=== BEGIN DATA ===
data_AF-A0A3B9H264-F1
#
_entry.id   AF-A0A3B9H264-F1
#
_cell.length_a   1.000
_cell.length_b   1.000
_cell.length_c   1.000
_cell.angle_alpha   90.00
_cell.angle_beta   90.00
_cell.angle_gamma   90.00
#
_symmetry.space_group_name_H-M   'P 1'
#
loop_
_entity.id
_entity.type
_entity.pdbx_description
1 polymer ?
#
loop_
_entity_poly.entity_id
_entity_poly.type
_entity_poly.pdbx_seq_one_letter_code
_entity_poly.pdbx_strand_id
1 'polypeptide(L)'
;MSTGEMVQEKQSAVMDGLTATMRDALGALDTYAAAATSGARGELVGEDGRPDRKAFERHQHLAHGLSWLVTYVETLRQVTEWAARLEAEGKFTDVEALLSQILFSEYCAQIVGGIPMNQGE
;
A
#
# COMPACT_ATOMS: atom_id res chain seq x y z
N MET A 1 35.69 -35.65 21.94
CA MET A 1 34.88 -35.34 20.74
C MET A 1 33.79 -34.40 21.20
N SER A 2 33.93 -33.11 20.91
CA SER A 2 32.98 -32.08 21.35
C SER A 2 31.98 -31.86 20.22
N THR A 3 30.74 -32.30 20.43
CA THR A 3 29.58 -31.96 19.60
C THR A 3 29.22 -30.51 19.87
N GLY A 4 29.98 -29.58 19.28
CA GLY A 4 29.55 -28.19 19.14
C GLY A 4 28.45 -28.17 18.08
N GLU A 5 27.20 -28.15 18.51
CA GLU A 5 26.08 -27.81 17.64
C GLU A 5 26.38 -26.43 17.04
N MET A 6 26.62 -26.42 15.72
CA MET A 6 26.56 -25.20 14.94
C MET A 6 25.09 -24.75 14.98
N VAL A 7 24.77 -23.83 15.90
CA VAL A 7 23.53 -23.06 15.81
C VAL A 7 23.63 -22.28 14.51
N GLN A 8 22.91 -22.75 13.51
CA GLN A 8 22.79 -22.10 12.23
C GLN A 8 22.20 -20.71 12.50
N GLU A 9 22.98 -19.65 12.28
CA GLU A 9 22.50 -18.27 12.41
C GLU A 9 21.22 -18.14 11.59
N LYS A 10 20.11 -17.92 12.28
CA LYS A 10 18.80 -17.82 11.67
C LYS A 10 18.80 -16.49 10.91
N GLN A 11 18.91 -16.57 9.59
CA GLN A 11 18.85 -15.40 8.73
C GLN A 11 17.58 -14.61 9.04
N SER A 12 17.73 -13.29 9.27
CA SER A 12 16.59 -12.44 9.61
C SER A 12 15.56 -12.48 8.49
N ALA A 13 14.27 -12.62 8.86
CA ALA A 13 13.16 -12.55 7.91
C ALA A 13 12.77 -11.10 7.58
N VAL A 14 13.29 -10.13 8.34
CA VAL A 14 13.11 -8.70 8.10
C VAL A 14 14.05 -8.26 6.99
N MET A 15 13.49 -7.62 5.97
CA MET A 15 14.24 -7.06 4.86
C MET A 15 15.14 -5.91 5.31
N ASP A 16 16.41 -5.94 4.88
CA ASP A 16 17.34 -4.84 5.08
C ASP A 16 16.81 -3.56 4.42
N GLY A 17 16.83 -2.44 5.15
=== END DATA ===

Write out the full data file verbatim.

data_AF-A0A3B9H264-F1
#
_entry.id   AF-A0A3B9H264-F1
#
_cell.length_a   1.000
_cell.length_b   1.000
_cell.length_c   1.000
_cell.angle_alpha   90.00
_cell.angle_beta   90.00
_cell.angle_gamma   90.00
#
_symmetry.space_group_name_H-M   'P 1'
#
loop_
_entity.id
_entity.type
_entity.pdbx_description
1 polymer ?
#
loop_
_entity_poly.entity_id
_entity_poly.type
_entity_poly.pdbx_seq_one_letter_code
_entity_poly.pdbx_strand_id
1 'polypeptide(L)'
;MSTGEMVQEKQSAVMDGLTATMRDALGALDTYAAAATSGARGELVGEDGRPDRKAFERHQHLAHGLSWLVTYVETLRQVTEWAARLEAEGKFTDVEALLSQILFSEYCAQIVGGIPMNQGE
;
A
#
# COMPACT_ATOMS: atom_id res chain seq x y z
N MET A 1 35.69 -35.65 21.94
CA MET A 1 34.88 -35.34 20.74
C MET A 1 33.79 -34.40 21.20
N SER A 2 33.93 -33.11 20.91
CA SER A 2 32.98 -32.08 21.35
C SER A 2 31.98 -31.86 20.22
N THR A 3 30.74 -32.30 20.43
CA THR A 3 29.58 -31.96 19.60
C THR A 3 29.22 -30.51 19.87
N GLY A 4 29.98 -29.58 19.28
CA GLY A 4 29.55 -28.19 19.14
C GLY A 4 28.45 -28.17 18.08
N GLU A 5 27.20 -28.15 18.51
CA GLU A 5 26.08 -27.81 17.64
C GLU A 5 26.38 -26.43 17.04
N MET A 6 26.62 -26.42 15.72
CA MET A 6 26.56 -25.20 14.94
C MET A 6 25.09 -24.75 14.98
N VAL A 7 24.77 -23.83 15.90
CA VAL A 7 23.53 -23.06 15.81
C VAL A 7 23.63 -22.28 14.51
N GLN A 8 22.91 -22.75 13.51
CA GLN A 8 22.79 -22.10 12.23
C GLN A 8 22.20 -20.71 12.50
N GLU A 9 22.98 -19.65 12.28
CA GLU A 9 22.50 -18.27 12.41
C GLU A 9 21.22 -18.14 11.59
N LYS A 10 20.11 -17.92 12.28
CA LYS A 10 18.80 -17.82 11.67
C LYS A 10 18.80 -16.49 10.91
N GLN A 11 18.91 -16.57 9.59
CA GLN A 11 18.85 -15.40 8.73
C GLN A 11 17.58 -14.61 9.04
N SER A 12 17.73 -13.29 9.27
CA SER A 12 16.59 -12.44 9.61
C SER A 12 15.56 -12.48 8.49
N ALA A 13 14.27 -12.62 8.86
CA ALA A 13 13.16 -12.55 7.91
C ALA A 13 12.77 -11.10 7.58
N VAL A 14 13.29 -10.13 8.34
CA VAL A 14 13.11 -8.70 8.10
C VAL A 14 14.05 -8.26 6.99
N MET A 15 13.49 -7.62 5.97
CA MET A 15 14.24 -7.06 4.86
C MET A 15 15.14 -5.91 5.31
N ASP A 16 16.41 -5.94 4.88
CA ASP A 16 17.34 -4.84 5.08
C ASP A 16 16.81 -3.56 4.42
N GLY A 17 16.83 -2.44 5.15